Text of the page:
Commercial acumen has emerged recently as a third aspect of employability which employers expect from computing graduates, in addition to technical capability and "soft skills" (or similar terms like transferable skills). Our experience has been that viewing commercial acumen (or even commercial awareness) as simply one of the soft skills, has failed to meet the needs of local employers, who tell us they seek innovation skills and entrepreneurship. A case study illustrates a structured approach to adding commercial awareness to the computing curriculum, and, more generally, tying the learning experience more closely to the achievement of standardized competency statements. Changes to future provision are discussed following workshop discussion of a draft of this case study. This paper will be of interest to computing and engineering academics who seek to increase the commercial awareness of their students, and to those who seek to align their courses with commercial definitions of competency.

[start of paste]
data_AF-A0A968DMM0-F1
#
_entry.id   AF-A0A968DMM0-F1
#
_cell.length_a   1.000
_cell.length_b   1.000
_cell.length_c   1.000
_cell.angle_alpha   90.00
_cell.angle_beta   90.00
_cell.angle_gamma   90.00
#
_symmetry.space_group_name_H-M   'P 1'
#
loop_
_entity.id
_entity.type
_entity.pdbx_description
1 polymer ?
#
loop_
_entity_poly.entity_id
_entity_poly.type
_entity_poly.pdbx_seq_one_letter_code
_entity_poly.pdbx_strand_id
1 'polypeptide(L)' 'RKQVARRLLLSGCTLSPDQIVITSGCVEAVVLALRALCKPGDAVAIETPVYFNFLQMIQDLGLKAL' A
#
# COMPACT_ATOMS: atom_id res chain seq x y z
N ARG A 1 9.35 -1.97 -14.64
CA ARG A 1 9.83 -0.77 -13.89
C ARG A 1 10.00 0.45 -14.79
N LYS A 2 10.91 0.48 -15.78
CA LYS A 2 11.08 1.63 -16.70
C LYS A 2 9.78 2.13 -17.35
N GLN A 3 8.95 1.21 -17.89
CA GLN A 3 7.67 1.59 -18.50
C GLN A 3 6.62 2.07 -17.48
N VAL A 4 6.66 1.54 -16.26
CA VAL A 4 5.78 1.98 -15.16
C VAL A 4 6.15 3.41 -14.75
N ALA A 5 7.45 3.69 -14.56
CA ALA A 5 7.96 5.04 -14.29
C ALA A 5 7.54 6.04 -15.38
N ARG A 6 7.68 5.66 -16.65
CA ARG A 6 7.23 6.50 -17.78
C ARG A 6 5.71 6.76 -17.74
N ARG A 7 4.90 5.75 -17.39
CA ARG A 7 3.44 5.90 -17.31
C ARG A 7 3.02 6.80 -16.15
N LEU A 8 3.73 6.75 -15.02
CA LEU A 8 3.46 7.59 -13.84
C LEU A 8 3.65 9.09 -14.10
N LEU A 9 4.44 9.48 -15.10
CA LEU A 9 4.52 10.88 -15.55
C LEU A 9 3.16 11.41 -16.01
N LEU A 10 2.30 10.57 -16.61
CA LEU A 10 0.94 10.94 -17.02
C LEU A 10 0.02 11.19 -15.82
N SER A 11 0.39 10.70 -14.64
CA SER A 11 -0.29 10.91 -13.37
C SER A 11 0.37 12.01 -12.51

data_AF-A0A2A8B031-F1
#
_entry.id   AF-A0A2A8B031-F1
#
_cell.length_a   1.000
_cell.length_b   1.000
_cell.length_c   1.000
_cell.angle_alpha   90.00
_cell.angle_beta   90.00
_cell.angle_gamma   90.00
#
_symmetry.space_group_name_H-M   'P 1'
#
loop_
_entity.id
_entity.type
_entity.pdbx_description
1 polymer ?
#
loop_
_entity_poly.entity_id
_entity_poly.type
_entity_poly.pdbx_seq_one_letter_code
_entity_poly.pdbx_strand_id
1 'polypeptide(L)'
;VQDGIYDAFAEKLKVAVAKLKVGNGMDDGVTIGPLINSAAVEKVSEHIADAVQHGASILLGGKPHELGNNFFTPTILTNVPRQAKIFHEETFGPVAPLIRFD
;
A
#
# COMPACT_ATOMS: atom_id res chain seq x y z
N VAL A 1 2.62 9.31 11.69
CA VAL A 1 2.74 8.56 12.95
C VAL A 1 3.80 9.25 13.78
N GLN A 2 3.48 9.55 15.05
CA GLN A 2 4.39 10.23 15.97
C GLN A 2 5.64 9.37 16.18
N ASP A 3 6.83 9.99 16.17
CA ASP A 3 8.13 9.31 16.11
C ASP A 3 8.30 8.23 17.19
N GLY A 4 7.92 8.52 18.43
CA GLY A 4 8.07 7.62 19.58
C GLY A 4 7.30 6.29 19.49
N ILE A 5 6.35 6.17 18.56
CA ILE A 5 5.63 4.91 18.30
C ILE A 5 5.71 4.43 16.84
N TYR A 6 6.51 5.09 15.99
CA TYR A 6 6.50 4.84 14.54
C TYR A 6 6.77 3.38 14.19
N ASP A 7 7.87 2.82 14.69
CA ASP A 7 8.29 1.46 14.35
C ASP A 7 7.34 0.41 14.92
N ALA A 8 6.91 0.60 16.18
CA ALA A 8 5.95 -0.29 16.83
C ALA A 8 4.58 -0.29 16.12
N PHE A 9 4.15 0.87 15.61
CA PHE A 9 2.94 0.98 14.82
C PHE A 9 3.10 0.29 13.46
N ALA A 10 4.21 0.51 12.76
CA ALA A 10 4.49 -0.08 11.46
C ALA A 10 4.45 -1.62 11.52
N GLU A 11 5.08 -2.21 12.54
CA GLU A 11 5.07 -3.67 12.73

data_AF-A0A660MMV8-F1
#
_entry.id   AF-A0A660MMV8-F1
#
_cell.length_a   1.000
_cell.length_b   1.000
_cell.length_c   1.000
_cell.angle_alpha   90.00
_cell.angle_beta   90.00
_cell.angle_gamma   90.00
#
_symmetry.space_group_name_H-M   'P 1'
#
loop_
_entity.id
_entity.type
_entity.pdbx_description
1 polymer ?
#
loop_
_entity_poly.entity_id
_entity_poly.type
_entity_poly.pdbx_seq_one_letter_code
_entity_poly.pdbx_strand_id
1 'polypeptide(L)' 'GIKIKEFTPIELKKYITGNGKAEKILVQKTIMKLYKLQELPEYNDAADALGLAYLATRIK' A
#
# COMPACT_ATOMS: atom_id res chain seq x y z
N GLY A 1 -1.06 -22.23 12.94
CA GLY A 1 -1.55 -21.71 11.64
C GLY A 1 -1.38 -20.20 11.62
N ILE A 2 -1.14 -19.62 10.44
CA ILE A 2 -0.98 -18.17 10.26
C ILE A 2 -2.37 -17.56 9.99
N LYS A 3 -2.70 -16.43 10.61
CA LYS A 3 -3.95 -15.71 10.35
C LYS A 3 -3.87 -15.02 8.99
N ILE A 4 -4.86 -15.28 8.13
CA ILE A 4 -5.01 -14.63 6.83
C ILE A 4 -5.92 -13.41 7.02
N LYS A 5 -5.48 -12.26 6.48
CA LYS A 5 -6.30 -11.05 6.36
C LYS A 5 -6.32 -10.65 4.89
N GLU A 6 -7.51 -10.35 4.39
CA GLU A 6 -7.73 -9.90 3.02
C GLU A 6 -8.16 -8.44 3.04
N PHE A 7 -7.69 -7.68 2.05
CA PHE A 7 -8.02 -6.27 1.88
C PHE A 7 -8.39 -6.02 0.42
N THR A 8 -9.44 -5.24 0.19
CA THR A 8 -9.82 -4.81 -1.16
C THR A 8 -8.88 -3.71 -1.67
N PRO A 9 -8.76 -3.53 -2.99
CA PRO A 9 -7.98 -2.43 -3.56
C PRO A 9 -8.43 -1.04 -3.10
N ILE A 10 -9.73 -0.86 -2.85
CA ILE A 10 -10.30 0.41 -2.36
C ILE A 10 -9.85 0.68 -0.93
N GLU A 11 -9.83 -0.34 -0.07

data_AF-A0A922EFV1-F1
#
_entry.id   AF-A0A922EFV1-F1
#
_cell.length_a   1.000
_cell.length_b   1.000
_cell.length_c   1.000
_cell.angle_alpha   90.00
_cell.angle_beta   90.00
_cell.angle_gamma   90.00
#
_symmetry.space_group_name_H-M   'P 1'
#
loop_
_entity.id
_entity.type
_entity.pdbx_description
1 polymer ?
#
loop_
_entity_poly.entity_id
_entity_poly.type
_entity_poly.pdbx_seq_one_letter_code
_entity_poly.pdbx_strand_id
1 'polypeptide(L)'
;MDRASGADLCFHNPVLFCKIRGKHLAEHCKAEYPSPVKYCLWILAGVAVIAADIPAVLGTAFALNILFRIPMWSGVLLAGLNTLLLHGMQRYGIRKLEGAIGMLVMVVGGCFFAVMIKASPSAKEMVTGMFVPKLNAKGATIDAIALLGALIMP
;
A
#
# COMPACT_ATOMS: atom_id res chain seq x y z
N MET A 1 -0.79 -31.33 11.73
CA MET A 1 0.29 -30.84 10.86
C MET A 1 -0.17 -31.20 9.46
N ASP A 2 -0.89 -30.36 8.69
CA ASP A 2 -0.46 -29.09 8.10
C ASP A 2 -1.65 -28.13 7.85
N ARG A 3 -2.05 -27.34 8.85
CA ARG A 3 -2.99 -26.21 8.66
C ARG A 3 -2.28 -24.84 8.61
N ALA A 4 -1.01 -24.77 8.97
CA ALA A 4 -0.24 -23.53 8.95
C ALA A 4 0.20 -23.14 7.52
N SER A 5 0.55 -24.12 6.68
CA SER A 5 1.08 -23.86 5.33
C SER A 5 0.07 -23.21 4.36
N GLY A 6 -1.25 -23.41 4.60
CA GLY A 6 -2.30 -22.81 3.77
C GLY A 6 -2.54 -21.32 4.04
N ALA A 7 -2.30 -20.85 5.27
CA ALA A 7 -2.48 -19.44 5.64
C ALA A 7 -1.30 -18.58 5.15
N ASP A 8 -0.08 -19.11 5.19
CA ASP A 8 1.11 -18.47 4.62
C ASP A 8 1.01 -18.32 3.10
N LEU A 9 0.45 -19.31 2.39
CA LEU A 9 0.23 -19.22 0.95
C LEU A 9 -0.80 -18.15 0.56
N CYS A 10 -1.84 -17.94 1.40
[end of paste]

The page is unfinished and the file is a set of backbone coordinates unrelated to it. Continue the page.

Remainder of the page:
McEwan, T. (2013). Commercial Competency and computing students: using the Skills Framework for the Information Age in higher education. In Frontiers in Education Conference, 2013 IEEE (286-292). https://doi.org/10.1109/FIE.2013.6684833